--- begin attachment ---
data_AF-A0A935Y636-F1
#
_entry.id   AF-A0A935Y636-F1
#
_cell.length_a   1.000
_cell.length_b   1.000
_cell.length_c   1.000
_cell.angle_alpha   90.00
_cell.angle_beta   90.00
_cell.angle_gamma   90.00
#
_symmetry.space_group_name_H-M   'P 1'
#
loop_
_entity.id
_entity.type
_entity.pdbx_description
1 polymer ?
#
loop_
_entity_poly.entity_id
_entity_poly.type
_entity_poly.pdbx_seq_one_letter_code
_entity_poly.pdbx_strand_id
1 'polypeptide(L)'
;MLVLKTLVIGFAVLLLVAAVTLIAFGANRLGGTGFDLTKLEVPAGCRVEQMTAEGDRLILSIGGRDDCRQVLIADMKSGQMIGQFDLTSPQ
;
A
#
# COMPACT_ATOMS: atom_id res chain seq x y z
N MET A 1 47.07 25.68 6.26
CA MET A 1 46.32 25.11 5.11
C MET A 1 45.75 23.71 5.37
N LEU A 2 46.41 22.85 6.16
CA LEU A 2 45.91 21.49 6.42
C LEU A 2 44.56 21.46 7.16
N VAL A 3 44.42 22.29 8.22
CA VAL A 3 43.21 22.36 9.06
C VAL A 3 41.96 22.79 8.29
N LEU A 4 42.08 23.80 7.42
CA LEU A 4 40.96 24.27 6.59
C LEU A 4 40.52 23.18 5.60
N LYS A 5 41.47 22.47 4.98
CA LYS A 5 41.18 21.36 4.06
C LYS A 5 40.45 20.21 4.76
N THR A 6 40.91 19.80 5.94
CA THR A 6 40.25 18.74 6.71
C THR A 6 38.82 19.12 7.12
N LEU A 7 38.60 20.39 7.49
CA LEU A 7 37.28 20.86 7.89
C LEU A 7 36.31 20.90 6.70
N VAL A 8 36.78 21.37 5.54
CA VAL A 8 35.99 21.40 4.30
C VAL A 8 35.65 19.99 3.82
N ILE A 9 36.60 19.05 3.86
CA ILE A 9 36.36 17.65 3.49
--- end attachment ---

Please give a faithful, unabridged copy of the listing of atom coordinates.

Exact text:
data_AF-A0A935Y636-F1
#
_entry.id   AF-A0A935Y636-F1
#
_cell.length_a   1.000
_cell.length_b   1.000
_cell.length_c   1.000
_cell.angle_alpha   90.00
_cell.angle_beta   90.00
_cell.angle_gamma   90.00
#
_symmetry.space_group_name_H-M   'P 1'
#
loop_
_entity.id
_entity.type
_entity.pdbx_description
1 polymer ?
#
loop_
_entity_poly.entity_id
_entity_poly.type
_entity_poly.pdbx_seq_one_letter_code
_entity_poly.pdbx_strand_id
1 'polypeptide(L)'
;MLVLKTLVIGFAVLLLVAAVTLIAFGANRLGGTGFDLTKLEVPAGCRVEQMTAEGDRLILSIGGRDDCRQVLIADMKSGQMIGQFDLTSPQ
;
A
#
# COMPACT_ATOMS: atom_id res chain seq x y z
N MET A 1 47.07 25.68 6.26
CA MET A 1 46.32 25.11 5.11
C MET A 1 45.75 23.71 5.37
N LEU A 2 46.41 22.85 6.16
CA LEU A 2 45.91 21.49 6.42
C LEU A 2 44.56 21.46 7.16
N VAL A 3 44.42 22.29 8.22
CA VAL A 3 43.21 22.36 9.06
C VAL A 3 41.96 22.79 8.29
N LEU A 4 42.08 23.80 7.42
CA LEU A 4 40.96 24.27 6.59
C LEU A 4 40.52 23.18 5.60
N LYS A 5 41.47 22.47 4.98
CA LYS A 5 41.18 21.36 4.06
C LYS A 5 40.45 20.21 4.76
N THR A 6 40.91 19.80 5.94
CA THR A 6 40.25 18.74 6.71
C THR A 6 38.82 19.12 7.12
N LEU A 7 38.60 20.39 7.49
CA LEU A 7 37.28 20.86 7.89
C LEU A 7 36.31 20.90 6.70
N VAL A 8 36.78 21.37 5.54
CA VAL A 8 35.99 21.40 4.30
C VAL A 8 35.65 19.99 3.82
N ILE A 9 36.60 19.05 3.86
CA ILE A 9 36.36 17.65 3.49